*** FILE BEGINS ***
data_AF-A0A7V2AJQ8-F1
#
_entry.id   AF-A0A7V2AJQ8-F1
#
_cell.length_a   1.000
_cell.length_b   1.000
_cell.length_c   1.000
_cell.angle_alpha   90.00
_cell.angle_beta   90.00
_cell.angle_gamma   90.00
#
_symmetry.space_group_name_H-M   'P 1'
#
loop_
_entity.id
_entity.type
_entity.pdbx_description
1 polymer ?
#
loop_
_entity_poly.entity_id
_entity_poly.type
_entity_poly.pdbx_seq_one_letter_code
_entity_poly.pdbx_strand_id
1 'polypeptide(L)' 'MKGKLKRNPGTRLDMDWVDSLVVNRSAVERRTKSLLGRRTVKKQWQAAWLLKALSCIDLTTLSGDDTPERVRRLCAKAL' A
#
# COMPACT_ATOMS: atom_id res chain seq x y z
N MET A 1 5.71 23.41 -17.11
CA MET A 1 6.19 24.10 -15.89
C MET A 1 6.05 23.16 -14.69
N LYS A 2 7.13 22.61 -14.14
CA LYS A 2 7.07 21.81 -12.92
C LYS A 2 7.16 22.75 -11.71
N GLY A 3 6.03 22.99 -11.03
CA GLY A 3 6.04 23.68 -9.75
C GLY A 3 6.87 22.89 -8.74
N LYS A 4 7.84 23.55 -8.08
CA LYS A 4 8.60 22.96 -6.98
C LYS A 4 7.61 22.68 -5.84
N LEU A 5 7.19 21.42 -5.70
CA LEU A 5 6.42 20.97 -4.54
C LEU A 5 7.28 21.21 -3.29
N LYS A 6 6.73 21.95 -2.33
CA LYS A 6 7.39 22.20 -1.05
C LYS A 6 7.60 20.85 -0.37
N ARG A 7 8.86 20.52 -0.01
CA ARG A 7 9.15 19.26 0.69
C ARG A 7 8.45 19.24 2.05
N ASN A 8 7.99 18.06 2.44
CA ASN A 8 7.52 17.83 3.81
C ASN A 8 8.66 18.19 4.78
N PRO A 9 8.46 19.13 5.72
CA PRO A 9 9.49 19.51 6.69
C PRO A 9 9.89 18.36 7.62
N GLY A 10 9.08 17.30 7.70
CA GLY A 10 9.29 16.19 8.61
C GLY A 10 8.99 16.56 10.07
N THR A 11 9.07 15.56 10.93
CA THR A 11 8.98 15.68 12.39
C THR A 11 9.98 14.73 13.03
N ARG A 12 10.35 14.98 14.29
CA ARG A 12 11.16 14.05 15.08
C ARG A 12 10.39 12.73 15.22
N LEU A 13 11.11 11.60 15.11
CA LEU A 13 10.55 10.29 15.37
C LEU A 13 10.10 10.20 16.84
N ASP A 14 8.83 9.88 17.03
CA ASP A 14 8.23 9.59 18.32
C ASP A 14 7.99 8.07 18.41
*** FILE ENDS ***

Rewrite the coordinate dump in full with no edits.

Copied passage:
data_AF-A0A7V2AJQ8-F1
#
_entry.id   AF-A0A7V2AJQ8-F1
#
_cell.length_a   1.000
_cell.length_b   1.000
_cell.length_c   1.000
_cell.angle_alpha   90.00
_cell.angle_beta   90.00
_cell.angle_gamma   90.00
#
_symmetry.space_group_name_H-M   'P 1'
#
loop_
_entity.id
_entity.type
_entity.pdbx_description
1 polymer ?
#
loop_
_entity_poly.entity_id
_entity_poly.type
_entity_poly.pdbx_seq_one_letter_code
_entity_poly.pdbx_strand_id
1 'polypeptide(L)' 'MKGKLKRNPGTRLDMDWVDSLVVNRSAVERRTKSLLGRRTVKKQWQAAWLLKALSCIDLTTLSGDDTPERVRRLCAKAL' A
#
# COMPACT_ATOMS: atom_id res chain seq x y z
N MET A 1 5.71 23.41 -17.11
CA MET A 1 6.19 24.10 -15.89
C MET A 1 6.05 23.16 -14.69
N LYS A 2 7.13 22.61 -14.14
CA LYS A 2 7.07 21.81 -12.92
C LYS A 2 7.16 22.75 -11.71
N GLY A 3 6.03 22.99 -11.03
CA GLY A 3 6.04 23.68 -9.75
C GLY A 3 6.87 22.89 -8.74
N LYS A 4 7.84 23.55 -8.08
CA LYS A 4 8.60 22.96 -6.98
C LYS A 4 7.61 22.68 -5.84
N LEU A 5 7.19 21.42 -5.70
CA LEU A 5 6.42 20.97 -4.54
C LEU A 5 7.28 21.21 -3.29
N LYS A 6 6.73 21.95 -2.33
CA LYS A 6 7.39 22.20 -1.05
C LYS A 6 7.60 20.85 -0.37
N ARG A 7 8.86 20.52 -0.01
CA ARG A 7 9.15 19.26 0.69
C ARG A 7 8.45 19.24 2.05
N ASN A 8 7.99 18.06 2.44
CA ASN A 8 7.52 17.83 3.81
C ASN A 8 8.66 18.19 4.78
N PRO A 9 8.46 19.13 5.72
CA PRO A 9 9.49 19.51 6.69
C PRO A 9 9.89 18.36 7.62
N GLY A 10 9.08 17.30 7.70
CA GLY A 10 9.29 16.19 8.61
C GLY A 10 8.99 16.56 10.07
N THR A 11 9.07 15.56 10.93
CA THR A 11 8.98 15.68 12.39
C THR A 11 9.98 14.73 13.03
N ARG A 12 10.35 14.98 14.29
CA ARG A 12 11.16 14.05 15.08
C ARG A 12 10.39 12.73 15.22
N LEU A 13 11.11 11.60 15.11
CA LEU A 13 10.55 10.29 15.37
C LEU A 13 10.10 10.20 16.84
N ASP A 14 8.83 9.88 17.03
CA ASP A 14 8.23 9.59 18.32
C ASP A 14 7.99 8.07 18.41